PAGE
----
within the East Asian Marginal Seas
The Bahia Resort, San Diego, California
November 11-14, 2002
A Chapman Conference of
the American Geophysical Union
Sponsored by Joint Oceanographic Institutions
here to download a PDF copy of the meeting report and summary
The marginal seas of the Asian continent
represent natural laboratories for the study of a wide variety of geologic
processes that are of strong interest to the broad AGU community. These basins
form the transition between the world's largest continent and largest ocean
and are major repositories of information on the interaction between the two
within the tectonic, geologic and climatic spheres. This meeting will bring
together an international and multi-disciplinary group of ocean and earth
scientists to examine the origin and development of these basins. We especially
hope to foster interaction between normally separate communities such as
tectonic and oceanographic workers.
Louis Bartek, University of North Carolina.
Impact of climatic change on the geologic record of continental margins.
Warren Prell, Brown University. History
of the East Asian Monsoon
Leigh Royden, Massachusetts Institute
of Technology. Cenozoic Tectonic Evolution of East Asia/Tibet
Ryuji Tada, University of Tokyo, Japan.
Paleoceanography and paleoclimatology of the marginals seas.
Nicky White, University of Cambridge,
UK. Basin formation mechanisms in East Asia.
Clift, Woods Hole Oceanographic Institution,
Woods Hole, MA
Wang, Tonji University, Shanghai, P.R. China
Hayes, Lamont-Doherty Earth
Observatory, Columbia University, NY
Yoshiki Saito, MRE, Geological
Survey of Japan, AIST, Japan
Milliman, School of Marine Science, College of William and Mary,
Liu, Institute of Oceanography, National Taiwan University, Taiwan
Dorobek, Texas A&M University, College Station, TX
Chough, Seoul National University, Korea
Ali, University of Hong Kong, Hong Kong, P.R. China
Joe Lambiase, University of Brunei,
Cung Thuong Chi, Institute of Geological
Sciences, Hanoi, Vietnam
Hall, Royal Holloway, University of London, UK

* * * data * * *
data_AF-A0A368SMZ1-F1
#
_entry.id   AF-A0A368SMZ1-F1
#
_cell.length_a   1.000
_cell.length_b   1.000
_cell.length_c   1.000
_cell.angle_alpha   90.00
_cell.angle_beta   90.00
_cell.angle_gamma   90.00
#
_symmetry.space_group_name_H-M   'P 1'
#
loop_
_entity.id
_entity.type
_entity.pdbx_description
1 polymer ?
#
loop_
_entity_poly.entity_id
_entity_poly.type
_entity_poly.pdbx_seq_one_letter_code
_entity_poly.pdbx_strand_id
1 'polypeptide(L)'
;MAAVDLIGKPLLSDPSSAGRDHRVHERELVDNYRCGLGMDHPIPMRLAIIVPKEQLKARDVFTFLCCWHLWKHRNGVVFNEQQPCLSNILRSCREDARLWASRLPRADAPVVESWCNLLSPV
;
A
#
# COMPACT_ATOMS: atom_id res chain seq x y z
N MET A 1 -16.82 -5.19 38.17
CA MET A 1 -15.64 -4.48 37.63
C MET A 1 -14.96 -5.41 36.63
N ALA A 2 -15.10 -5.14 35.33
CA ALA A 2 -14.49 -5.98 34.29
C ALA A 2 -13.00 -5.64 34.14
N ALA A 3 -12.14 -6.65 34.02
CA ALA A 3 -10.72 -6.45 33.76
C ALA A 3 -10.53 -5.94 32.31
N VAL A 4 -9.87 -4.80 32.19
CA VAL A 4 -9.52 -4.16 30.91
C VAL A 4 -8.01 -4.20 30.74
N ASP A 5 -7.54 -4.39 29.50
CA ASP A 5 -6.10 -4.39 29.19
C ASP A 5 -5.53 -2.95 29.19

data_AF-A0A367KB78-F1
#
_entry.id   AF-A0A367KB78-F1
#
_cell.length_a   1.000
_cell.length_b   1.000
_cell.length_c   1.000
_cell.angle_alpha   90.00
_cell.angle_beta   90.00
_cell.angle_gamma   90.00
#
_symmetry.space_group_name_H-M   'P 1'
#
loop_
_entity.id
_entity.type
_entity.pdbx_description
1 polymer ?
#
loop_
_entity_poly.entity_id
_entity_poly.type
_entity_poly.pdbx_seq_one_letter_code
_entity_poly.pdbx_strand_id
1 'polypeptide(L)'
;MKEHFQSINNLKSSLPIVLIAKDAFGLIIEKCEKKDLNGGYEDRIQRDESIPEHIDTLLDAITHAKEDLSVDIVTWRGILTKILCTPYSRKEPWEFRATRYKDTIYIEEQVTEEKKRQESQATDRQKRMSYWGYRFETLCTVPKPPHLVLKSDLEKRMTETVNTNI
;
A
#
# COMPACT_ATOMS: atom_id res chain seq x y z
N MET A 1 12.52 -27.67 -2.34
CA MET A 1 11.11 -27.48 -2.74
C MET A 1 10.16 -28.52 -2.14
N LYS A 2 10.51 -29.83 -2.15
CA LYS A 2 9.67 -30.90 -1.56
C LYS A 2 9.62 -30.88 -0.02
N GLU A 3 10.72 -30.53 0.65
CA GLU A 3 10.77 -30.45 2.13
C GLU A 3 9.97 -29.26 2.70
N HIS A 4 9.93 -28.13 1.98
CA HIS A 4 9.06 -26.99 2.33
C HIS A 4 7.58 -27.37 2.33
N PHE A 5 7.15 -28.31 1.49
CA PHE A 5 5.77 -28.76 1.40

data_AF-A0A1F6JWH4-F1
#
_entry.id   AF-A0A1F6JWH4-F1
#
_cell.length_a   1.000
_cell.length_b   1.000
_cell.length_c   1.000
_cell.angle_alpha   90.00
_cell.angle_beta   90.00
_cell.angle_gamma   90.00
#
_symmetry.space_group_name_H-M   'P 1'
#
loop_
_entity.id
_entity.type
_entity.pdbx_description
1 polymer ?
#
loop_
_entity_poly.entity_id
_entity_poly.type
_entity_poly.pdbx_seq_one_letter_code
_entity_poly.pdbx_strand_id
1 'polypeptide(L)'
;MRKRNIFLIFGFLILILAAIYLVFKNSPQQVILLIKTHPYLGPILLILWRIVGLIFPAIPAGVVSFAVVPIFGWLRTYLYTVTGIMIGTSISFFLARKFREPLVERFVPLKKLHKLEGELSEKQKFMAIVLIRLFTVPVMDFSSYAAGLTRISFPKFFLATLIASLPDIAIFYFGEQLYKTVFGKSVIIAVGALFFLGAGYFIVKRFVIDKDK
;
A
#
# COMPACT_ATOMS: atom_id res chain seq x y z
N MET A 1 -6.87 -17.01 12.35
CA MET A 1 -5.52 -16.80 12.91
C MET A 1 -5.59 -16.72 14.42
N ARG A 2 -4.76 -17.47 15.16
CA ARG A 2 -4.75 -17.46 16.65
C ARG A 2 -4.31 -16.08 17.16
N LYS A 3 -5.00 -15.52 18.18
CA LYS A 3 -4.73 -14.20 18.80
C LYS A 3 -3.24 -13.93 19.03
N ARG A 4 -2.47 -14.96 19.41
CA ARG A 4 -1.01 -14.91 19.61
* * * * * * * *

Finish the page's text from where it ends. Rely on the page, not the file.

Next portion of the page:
Wolfgang Kuhnt, University
of Kiel, Germany
The meeting will be split into three thematic
- Regional tectonics and the forces that
drive the opening of the basin
- The tectonics of basin opening,
rift to drift transition and the timing of seafloor spreading
- The nature of the sedimentary fill
and its interpretation
In order to constrain the possible scope of
the meeting we propose including the seas marginal to east and southeast
Asia, but not the main Indian Ocean basin (Figure
1). Likewise, we choose to include the Kuril-Sea of Okhotsk region, but
not the Aleutians. The Mariana-Izu-Bonin and Indonesian Arc systems are not
included since they are not adjacent to the Asian continent, although the
interaction of the Philippine Sea Plate with Asia is included.
The meeting will thus focus on the Andaman
Sea, the South China Sea and its associated Malaysian basins, the East China
Sea, the Okinawa Trough, the Yellow Sea, the Sea of Japan and the Sea of Okhotsk.
Together these form a series of major basins whose origins may be related
and whose development is linked directly to the tectonic evolution of continental
Asia. The possibility of direct onshore-offshore correlation is what makes
this region especially attractive for study, and unique from the oceanic
marginal basins of the SW Pacific.
Understanding how the evolution of Asia and
the Pacific Ocean affects the marginal seas is the key goal of the meeting.
In addition, we will examine solid earth-climatic coupling in this region
Proposed Meeting Schedule
Regional tectonics, plate driving forces and
mechanisms of basin formation. Presentations of ~25 minutes each for this
session and throughout meeting.
- 8:30 am to 10:00 am Oral presentations
- 10:00 am to 10:30 am Posters and coffee
- 10:30 am to 12:30 pm Oral presentations
- Lunch 12:30 pm to 2:00 pm
Rift tectonics of the Asian marginal seas.
Crustal structure, deep and shallow.
- 2:00 pm to 3:30 pm Oral presentations
- 3:30 pm to 4:00 pm Posters and Tea
- 4:00 pm to 5:30 pm Oral presentations
- 5:30 pm to 6:00pm Discussion
Schedule to follow Day 1 format
Morning: Stratigraphic architecture of the
- Afternoon: Sedimentology and sediment
Schedule to follow Day 1 format
Morning: Climatic and paleoceanographic record,
- Afternoon: Climatic and paleoceanographic
record, high resolution, millennial records.
- Morning: Specialist group meetings
- Afternoon: Synthesis session, discussion
of climate-tectonic coupling, response of sedimentary budgets to climate and
tectonic change. What next? Discussion of plans for collaborative future
work. What are the "must-do" items for the community.
Depending on the results of the meeting we
would like to consider putting together an AGU monograph collecting the best
contributions for the wider community.
For further details
Department of Geology and Geophysics
Woods Hole Oceanographic Institution
Woods Hole, MA 02543
Peter Clift's homepage
Telephone +1 508 289 3437
Check out related information
on the Arabian Sea
and on IODP operations in the Indian Ocean Fans